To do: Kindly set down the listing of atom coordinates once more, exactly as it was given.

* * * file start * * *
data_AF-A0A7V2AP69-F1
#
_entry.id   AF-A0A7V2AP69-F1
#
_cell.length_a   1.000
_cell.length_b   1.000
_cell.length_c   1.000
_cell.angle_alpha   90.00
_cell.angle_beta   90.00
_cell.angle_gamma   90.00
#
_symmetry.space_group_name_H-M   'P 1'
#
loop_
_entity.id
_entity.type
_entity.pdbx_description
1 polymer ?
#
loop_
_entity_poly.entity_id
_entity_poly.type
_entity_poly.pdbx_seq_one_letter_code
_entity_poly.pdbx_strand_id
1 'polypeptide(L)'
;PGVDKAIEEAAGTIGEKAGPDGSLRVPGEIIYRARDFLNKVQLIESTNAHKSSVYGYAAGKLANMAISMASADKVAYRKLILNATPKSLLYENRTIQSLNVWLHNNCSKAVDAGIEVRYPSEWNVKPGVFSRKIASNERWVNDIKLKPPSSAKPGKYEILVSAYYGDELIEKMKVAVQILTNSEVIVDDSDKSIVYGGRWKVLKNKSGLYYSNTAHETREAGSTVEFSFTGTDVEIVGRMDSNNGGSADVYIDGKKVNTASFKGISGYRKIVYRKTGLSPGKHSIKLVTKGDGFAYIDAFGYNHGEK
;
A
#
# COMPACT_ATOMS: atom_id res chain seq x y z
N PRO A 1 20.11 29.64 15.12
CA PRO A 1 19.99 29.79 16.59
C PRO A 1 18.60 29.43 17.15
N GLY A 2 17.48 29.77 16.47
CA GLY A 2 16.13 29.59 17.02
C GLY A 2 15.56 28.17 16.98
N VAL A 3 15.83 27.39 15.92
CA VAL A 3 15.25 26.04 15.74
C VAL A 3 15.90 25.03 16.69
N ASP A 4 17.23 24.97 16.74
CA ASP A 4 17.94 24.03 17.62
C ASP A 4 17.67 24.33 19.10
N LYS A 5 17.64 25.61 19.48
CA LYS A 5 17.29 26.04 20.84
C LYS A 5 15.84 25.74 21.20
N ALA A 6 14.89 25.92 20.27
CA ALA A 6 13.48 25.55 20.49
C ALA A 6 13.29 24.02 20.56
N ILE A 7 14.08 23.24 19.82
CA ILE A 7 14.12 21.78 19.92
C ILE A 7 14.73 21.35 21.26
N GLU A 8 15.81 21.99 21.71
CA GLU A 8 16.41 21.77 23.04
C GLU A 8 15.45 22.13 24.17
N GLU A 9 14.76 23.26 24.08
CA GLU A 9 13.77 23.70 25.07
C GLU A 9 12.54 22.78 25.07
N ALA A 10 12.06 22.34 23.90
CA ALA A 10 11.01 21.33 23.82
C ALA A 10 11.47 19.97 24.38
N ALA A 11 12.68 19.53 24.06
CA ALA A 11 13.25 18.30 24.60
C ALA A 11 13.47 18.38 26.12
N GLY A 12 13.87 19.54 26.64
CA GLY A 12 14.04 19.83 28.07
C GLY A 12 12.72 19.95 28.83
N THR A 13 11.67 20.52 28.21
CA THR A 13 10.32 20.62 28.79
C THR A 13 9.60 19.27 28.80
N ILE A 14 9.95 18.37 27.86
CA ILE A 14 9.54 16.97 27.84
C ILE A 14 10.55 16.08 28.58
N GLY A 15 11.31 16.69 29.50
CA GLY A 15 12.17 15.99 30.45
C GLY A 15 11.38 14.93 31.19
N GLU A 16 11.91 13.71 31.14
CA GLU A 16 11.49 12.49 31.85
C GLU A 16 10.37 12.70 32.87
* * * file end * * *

data_AF-A0A7V2AP69-F1
#
_entry.id   AF-A0A7V2AP69-F1
#
_cell.length_a   1.000
_cell.length_b   1.000
_cell.length_c   1.000
_cell.angle_alpha   90.00
_cell.angle_beta   90.00
_cell.angle_gamma   90.00
#
_symmetry.space_group_name_H-M   'P 1'
#
loop_
_entity.id
_entity.type
_entity.pdbx_description
1 polymer ?
#
loop_
_entity_poly.entity_id
_entity_poly.type
_entity_poly.pdbx_seq_one_letter_code
_entity_poly.pdbx_strand_id
1 'polypeptide(L)'
;PGVDKAIEEAAGTIGEKAGPDGSLRVPGEIIYRARDFLNKVQLIESTNAHKSSVYGYAAGKLANMAISMASADKVAYRKLILNATPKSLLYENRTIQSLNVWLHNNCSKAVDAGIEVRYPSEWNVKPGVFSRKIASNERWVNDIKLKPPSSAKPGKYEILVSAYYGDELIEKMKVAVQILTNSEVIVDDSDKSIVYGGRWKVLKNKSGLYYSNTAHETREAGSTVEFSFTGTDVEIVGRMDSNNGGSADVYIDGKKVNTASFKGISGYRKIVYRKTGLSPGKHSIKLVTKGDGFAYIDAFGYNHGEK
;
A
#
# COMPACT_ATOMS: atom_id res chain seq x y z
N PRO A 1 20.11 29.64 15.12
CA PRO A 1 19.99 29.79 16.59
C PRO A 1 18.60 29.43 17.15
N GLY A 2 17.48 29.77 16.47
CA GLY A 2 16.13 29.59 17.02
C GLY A 2 15.56 28.17 16.98
N VAL A 3 15.83 27.39 15.92
CA VAL A 3 15.25 26.04 15.74
C VAL A 3 15.90 25.03 16.69
N ASP A 4 17.23 24.97 16.74
CA ASP A 4 17.94 24.03 17.62
C ASP A 4 17.67 24.33 19.10
N LYS A 5 17.64 25.61 19.48
CA LYS A 5 17.29 26.04 20.84
C LYS A 5 15.84 25.74 21.20
N ALA A 6 14.89 25.92 20.27
CA ALA A 6 13.48 25.55 20.49
C ALA A 6 13.29 24.02 20.56
N ILE A 7 14.08 23.24 19.82
CA ILE A 7 14.12 21.78 19.92
C ILE A 7 14.73 21.35 21.26
N GLU A 8 15.81 21.99 21.71
CA GLU A 8 16.41 21.77 23.04
C GLU A 8 15.45 22.13 24.17
N GLU A 9 14.76 23.26 24.08
CA GLU A 9 13.77 23.70 25.07
C GLU A 9 12.54 22.78 25.07
N ALA A 10 12.06 22.34 23.90
CA ALA A 10 11.01 21.33 23.82
C ALA A 10 11.47 19.97 24.38
N ALA A 11 12.68 19.53 24.06
CA ALA A 11 13.25 18.30 24.60
C ALA A 11 13.47 18.38 26.12
N GLY A 12 13.87 19.54 26.64
CA GLY A 12 14.04 19.83 28.07
C GLY A 12 12.72 19.95 28.83
N THR A 13 11.67 20.52 28.21
CA THR A 13 10.32 20.62 28.79
C THR A 13 9.60 19.27 28.80
N ILE A 14 9.95 18.37 27.86
CA ILE A 14 9.54 16.97 27.84
C ILE A 14 10.55 16.08 28.58
N GLY A 15 11.31 16.69 29.50
CA GLY A 15 12.17 15.99 30.45
C GLY A 15 11.38 14.93 31.19
N GLU A 16 11.91 13.71 31.14
CA GLU A 16 11.49 12.49 31.85
C GLU A 16 10.37 12.70 32.87